PLYMOUTH & TOURING
THEATRE ROYAL PLYMOUTH – 23 JUNE
TITANIC – THE MUSICAL – Music & Lyrics by Maury Yeston, Book by Peter Stone
RUNNING TIME – 2 hours 30 minutes – 1 interval
Theatre Royal Plymouth Box Office – 01752 267222
REVIEW – CORMAC RICHARDS – 18 JUNE 2018
A Terrific ‘Ship of Dreams’
It is amazing to think that it is over 20 years since this musical opened on Broadway and yet this is its first tour in the UK and has never played in a major London venue. When I saw this production at the modestly sized Charing Cross Theatre I was bowled over, but concerned that it would lose some its power and intimacy in a space the size of the Lyric auditorium at the Theatre Royal, Plymouth.
I need not have worried.
The story of the Titanic is well-known and the writers have crafted a carefully interwoven plot involving the passengers from all classes, the crew and the management of the White Star Company and the Ship. All characters are based on those who travelled on the fateful voyage and all with a story of their own to tell. The first half of the show gives time to get to know some which draws the emotions when tragedy strikes.
The industrial set of rivetted steel, comprising proscenium, backdrop and raised deck, is designed so well to allow easy access for cast and furniture – which is moved with incredibly speed and precision – it is given height with huge ropes reaching up high above the stage. The clever use of a set of mobile steps is one of many strokes of genius – it allows for an unfussy production, full of pace.
The lighting design by Howard Hudson is superb and the operation of it, with some mightily important cues, was excellent. Lighting can bring so much to a show where there is but one set, and here is a perfect example of a designer at the top of their game. Together with the sound design of Andrew Johnson they create effects which are unlikely to be forgotten.
It took the ingenuity and imagination of director Thom Sutherland to create this production which premiered at The Southwark Playhouse in London in 2013 and thence made its way to Charing Cross in 2016. There is no doubt that you could perform the piece with a huge cast and orchestra, but here Sutherland skilfully uses just 25 – often cleverly doubling – and a fantastic band of just 6. It is a credit to all concerned that it never appears to be under populated. A number of the cast were present in the London productions and are wonderfully comfortable in their roles.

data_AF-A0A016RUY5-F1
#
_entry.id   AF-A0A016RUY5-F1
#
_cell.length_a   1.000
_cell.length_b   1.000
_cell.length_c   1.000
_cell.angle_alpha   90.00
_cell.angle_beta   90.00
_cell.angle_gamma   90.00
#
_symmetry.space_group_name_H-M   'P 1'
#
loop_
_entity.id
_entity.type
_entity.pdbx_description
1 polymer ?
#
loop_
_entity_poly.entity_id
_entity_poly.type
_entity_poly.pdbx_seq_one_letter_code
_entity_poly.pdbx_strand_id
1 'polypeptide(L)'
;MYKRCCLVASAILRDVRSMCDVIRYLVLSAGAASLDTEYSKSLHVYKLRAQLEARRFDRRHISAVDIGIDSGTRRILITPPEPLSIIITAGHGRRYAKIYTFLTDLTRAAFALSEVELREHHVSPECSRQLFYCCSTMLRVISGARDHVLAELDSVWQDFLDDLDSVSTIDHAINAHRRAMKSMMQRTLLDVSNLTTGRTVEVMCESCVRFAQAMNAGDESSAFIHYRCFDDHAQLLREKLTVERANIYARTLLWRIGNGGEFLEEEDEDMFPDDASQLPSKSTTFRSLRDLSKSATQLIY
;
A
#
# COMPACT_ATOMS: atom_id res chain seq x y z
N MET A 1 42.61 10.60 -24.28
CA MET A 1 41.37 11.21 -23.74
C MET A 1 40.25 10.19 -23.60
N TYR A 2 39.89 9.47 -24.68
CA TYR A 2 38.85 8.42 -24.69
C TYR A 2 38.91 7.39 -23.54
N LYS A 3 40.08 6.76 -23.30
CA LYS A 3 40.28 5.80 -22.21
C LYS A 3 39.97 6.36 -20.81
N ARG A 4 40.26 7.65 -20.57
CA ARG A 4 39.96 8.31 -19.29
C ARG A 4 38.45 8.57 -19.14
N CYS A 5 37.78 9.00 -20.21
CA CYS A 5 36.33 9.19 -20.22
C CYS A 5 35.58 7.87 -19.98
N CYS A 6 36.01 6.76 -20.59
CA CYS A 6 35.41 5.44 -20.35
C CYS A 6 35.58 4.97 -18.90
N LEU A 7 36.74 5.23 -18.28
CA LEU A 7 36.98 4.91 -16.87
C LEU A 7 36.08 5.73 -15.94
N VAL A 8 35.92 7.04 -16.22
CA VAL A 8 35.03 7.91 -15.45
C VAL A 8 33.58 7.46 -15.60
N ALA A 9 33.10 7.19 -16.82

The score is rich in colour and in styles. Here a bit of Gilbert & Sullivan, there some Ragtime, nods to Sondheim as well, and it’s a score with wit and invention and sung with passion, conviction and tenderness. The musicians are to be congratulated for producing a theatre-filling sound.
This is an ensemble cast crafting splendid characterisations and carrying out rapid scene changes which results in the highest standard of performance. I should like to single out a few of the multitude. Greg Castiglioni is powerful as the inspiring and troubled architect Thomas Andrew. Claire Machin is delightful as the gossip-obsessed Alice Beane and provides some of the important light relief to the proceedings. I was taken with Oliver Marshall as the sensitive wireless operator Bride and his duet with stoker Fred Barrett (an impressive looking and singing, Niall Sheehy) was just beautiful. As the 14yo Bellboy, Lewis Cornay is ever-present and his performance is a winning one, never losing his smile and love of life. Finally, I have to mention the duo of Dudley Rogers and Judith Street who, as Isidor and Ida Strauss, draw out all the emotions from the audience in their duet ‘Still’ as they prepare for death. But there are no weak links here.
A sceptical friend of mine suggested that a musical about a tragedy demeaned the event. The lowering of the gigantic banner listing all the names of those who died in April 1912 aborts such thoughts as it is a reflective, moving and rightful tribute, showing the writers have taken the story very seriously.
This is an inventive, moving and beautifully produced piece of theatre. The Plymouth audience could not avoid standing and cheering at the end. They had been entranced and entertained from beginning to end. Bravo!
CHARLES LIGHTOLLER – ALISTAIR BROWN
WILLIAM MURDOCH – KIERAN BROWN
THOMAS ANDREWS – GREG CASTIGLIONI
BELL BOY/ WALLACE HARTLEY – LEWIS CORNAY
JOSEPH BOXHALL – ALEXANDER EVANS
J BRUCE ISMAY – SIMON GREEN
KATE MULLINS – EMMA HAROLD
KATE MURPHY – DEVON-ELISE JOHNSON
ALICE BEANE – CLAIRE MACHIN
LADY CAROLINE NEVILLE – CLAIRE MARLOWE
HAROLD BRIDE – OLIVER MARSHALL
JIM FARRELL – CHRIS MCGUIGAN
HENRY ETCHES – MATTHEW MCDONALD
FREDERICK FLEET – JOEL PARRIS
EDGAR BEANE – TIMOTHY QUINLAN
CAPTAIN EDWARD SMITH – PHILIP RHAM
ISIDOR STRAUS – DUDLEY ROGERS
KATE MCGOWAN – GEMMA MCMEEL
FREDERICK – BARRETT – NIALL SHEEHY
IDA STRAUS – JUDITH STREET
CHARLES CLARK – STEPHEN WEBB
JOSEPH BELL – SAMUEL J WEIR
DIRECTOR – THOM SOUTHERLAND
SET & COSTUME DESIGNER – DAVID WOODHEAD
LIGHTING DESIGNER – HOWARD HUDSON
SOUND DESIGNER – ANDREW JOHNSON
MUSICAL STAGING – CRESSIDA CARRÉ
MUSICAL DIRECTOR – MARK ASPINALL